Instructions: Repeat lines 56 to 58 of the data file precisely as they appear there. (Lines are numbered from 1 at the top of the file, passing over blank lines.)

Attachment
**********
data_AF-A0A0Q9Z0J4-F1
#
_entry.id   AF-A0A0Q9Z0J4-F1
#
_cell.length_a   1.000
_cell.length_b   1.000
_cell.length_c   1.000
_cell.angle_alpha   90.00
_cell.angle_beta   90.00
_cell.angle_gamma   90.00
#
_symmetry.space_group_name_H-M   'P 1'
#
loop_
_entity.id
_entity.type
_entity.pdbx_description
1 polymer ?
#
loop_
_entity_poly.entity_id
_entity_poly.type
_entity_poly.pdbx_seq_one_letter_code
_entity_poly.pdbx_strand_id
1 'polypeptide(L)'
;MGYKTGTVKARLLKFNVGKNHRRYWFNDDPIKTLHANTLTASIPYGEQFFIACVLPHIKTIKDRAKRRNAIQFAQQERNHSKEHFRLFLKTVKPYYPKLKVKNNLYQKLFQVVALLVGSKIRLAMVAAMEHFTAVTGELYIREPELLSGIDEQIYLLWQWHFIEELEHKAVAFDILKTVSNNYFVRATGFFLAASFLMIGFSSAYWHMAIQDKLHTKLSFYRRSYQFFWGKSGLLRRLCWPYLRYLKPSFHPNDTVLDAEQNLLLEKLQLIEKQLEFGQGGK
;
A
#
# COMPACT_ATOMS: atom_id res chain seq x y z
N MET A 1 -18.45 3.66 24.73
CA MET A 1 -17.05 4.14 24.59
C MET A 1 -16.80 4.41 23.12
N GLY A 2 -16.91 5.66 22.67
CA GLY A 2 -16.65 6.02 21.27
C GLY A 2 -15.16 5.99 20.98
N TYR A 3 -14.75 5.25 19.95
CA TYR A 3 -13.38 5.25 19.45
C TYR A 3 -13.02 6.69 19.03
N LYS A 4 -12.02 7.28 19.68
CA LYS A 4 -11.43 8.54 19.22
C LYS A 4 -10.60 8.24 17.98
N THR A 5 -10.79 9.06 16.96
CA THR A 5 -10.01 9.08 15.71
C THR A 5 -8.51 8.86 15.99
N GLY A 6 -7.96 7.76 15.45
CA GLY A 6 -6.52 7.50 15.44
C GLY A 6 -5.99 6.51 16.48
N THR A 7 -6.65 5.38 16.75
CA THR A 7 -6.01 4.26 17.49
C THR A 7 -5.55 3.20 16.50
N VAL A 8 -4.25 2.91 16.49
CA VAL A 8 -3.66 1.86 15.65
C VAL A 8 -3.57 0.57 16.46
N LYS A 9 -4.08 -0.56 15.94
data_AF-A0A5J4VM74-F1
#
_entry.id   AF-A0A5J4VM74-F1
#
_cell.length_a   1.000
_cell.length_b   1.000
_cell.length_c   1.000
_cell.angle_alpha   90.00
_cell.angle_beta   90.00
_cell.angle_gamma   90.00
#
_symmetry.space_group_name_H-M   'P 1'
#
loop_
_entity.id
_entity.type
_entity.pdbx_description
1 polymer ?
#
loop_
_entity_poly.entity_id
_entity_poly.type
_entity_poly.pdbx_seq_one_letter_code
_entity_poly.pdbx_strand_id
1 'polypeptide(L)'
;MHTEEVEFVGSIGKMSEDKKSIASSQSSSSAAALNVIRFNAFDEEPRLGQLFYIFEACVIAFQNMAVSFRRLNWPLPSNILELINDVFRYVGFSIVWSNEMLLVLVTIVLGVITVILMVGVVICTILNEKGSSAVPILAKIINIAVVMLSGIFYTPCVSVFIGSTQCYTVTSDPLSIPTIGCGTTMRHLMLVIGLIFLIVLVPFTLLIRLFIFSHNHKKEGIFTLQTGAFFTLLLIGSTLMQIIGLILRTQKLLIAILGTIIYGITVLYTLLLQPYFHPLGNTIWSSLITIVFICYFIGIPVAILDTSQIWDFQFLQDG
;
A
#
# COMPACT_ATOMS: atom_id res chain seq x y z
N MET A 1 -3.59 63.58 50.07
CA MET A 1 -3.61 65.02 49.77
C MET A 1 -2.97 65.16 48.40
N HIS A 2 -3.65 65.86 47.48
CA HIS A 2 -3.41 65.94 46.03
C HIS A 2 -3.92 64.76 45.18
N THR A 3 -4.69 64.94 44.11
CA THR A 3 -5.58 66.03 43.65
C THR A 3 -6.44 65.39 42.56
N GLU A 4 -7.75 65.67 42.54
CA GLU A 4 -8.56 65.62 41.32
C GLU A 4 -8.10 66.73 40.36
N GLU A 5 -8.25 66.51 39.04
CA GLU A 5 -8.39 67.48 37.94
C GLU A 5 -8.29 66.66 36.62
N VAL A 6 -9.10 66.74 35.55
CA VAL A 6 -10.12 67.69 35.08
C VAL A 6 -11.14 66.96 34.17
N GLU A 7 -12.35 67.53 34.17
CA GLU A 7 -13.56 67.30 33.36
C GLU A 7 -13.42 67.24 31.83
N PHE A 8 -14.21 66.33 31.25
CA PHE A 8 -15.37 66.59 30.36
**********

data_AF-A0A5J4VM74-F1
#
_entry.id   AF-A0A5J4VM74-F1